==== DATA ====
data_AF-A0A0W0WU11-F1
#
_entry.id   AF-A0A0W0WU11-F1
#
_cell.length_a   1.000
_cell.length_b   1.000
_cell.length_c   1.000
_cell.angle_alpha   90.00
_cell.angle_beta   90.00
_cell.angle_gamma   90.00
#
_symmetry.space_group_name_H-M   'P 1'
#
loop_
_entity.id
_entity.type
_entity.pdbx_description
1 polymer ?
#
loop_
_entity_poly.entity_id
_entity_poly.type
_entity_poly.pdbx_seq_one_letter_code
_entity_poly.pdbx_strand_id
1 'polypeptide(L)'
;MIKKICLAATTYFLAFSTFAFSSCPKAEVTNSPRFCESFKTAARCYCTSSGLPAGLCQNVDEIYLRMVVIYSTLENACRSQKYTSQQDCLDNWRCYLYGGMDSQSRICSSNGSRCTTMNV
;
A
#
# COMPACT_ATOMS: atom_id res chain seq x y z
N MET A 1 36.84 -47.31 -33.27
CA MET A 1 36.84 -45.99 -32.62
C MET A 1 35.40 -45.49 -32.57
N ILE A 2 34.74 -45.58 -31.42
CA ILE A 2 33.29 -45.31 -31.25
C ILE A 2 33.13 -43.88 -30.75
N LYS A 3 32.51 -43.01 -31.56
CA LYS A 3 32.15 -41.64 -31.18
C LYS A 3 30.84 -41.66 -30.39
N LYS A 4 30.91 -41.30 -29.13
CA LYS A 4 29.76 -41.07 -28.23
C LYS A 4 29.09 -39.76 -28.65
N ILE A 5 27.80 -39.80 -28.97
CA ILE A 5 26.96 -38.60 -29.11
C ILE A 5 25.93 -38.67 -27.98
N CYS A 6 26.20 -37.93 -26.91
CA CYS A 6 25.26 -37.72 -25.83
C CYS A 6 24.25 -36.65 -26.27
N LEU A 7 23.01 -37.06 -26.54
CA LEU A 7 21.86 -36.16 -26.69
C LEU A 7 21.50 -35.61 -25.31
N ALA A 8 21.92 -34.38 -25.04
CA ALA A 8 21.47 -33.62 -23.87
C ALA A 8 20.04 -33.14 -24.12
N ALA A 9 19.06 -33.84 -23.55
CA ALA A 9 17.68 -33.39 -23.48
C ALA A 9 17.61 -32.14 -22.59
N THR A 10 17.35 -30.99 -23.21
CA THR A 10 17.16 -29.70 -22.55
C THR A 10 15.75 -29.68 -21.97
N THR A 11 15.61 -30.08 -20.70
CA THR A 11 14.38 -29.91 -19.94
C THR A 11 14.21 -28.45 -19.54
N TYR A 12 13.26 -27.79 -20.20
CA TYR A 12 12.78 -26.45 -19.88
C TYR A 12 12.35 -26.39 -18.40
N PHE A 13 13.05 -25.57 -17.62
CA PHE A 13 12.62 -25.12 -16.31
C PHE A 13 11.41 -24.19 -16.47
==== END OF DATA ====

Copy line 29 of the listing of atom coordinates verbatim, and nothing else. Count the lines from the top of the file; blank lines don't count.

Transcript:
#